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Monday, January 2, 2017

Reviewing the Nikon Nikkor 35mm AF-S f/1.4 G

General
Happy New Year! New year, new photographic opportunities. Let's begin 2017 with a review. Today we'll take a look at the Nikon Nikkor 35mm AF-S f/1.4 lens. As I'd mentioned here, 35mm feels a bit weird on FX for my personal preferences. But your mileage may vary. At the end of this article I'll also offer you some similar alternatives.

Bokeh might be the best thing about this lens

Pros/Cons
+ Optical quality is flawless, with one caveat (read below)
+ For an AF-S lens, manual focus is superb - though still not as great as in an AI-S lens
+ Sturdy, it inspires confidence in terms of construction quality...



- ... but plastic is plastic. At this price, I want my lenses to also feel sturdy
- Distortion characteristics are the only blotch on optical performance. Not excessive, but quite complex; difficult to remove
- Price and value. You pay a lot for what you get (which might or might not be important to you)

Intended Users
Great for:
  • live music, performance, etc. in dark theaters
  • street photography, especially in low light
  • Candid portraiture (but not head-and-shoulder portraits)

Not for:
  • DX. Meaningless, get the AF-S DX 35mm f/1.8 instead
  • Realistically, how many of you need to spend that much money on a 35mm f/1.4 lens? Check out some alternatives below
  • f/1.4 requires focus discipline, even with autofocus. I don't recommend this (or any f/1.4) lens for beginners.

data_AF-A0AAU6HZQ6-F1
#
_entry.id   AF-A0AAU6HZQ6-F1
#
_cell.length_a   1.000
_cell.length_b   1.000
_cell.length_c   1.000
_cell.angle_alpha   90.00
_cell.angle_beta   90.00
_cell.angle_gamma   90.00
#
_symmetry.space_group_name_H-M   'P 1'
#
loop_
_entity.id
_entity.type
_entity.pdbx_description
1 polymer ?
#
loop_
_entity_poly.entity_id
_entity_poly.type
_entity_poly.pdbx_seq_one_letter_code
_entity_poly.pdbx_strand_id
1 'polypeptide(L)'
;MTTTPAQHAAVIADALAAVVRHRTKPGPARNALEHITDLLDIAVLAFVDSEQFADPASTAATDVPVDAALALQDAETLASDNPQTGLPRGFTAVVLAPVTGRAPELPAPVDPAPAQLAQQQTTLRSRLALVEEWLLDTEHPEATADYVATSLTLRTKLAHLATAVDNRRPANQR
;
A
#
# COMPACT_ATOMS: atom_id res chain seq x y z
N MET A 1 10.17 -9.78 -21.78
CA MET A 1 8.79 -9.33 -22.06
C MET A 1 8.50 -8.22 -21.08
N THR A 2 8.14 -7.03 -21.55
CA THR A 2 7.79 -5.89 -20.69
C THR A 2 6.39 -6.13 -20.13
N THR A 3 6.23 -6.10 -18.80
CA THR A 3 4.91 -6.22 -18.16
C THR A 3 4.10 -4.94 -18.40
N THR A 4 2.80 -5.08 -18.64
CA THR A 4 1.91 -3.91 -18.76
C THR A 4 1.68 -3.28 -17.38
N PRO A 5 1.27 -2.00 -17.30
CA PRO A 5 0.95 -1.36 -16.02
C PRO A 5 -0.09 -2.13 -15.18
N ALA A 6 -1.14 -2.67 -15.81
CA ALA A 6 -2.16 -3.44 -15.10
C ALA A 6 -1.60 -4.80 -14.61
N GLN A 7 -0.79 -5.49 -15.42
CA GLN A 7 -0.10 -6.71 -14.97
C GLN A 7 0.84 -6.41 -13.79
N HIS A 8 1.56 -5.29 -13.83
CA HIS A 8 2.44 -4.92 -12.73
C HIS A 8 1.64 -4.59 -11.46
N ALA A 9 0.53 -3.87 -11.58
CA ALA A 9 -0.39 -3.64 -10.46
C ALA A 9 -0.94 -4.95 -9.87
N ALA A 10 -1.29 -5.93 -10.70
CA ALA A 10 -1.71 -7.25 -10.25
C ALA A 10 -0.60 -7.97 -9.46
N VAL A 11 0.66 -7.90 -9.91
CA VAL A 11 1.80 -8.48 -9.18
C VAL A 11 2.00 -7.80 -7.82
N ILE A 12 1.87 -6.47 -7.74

This was taken inside an almost completely dark stable, and it's where the f/1.4 becomes really useful

Final Verdict
Like with so many other lenses I've reviewed, it all boils down to value. And that's why - I'd like to believe - AmateurNikon tries to help you reach a decision. Visit most review sites out there, they'll all agree: The Nikon Nikkor 35mm AF-S f/1.4 is a stunning piece of glass, the absolute best in its category. I don't challenge that. My issue is with its price & value, particularly because these lenses are bought by people and are used in real life. If it's someone else paying and all I had to shoot was diagrams and charts, then heck, yeah, this is the best. But real photography (and real life) is not like that.

So, let's take a snapshot-look at two alternatives:

Nikon Nikkor AI-S 35mm f/1.4
Much cheaper; good optically from f/2.8 and smaller; manual focus; rather poor wide-open

Samyang 35mm f/1.4
Much cheaper; excellent optically even wide-open; manual focus; superb ergonomics

So, bottom line:
- if money is not a problem and you just want the best there is, get the Nikon Nikkor AF-S 35mm f/1.4
- if money is to be considered and you don't mind manual focus, I'd pick the Samyang 35mm f/1.4
- if you're both budget-constrained and you want autofocus, you'll have to forego f/1.4. Look at the Nikkor 35mm f/1.8G, which is a great lens that won't cost you an arm and a leg


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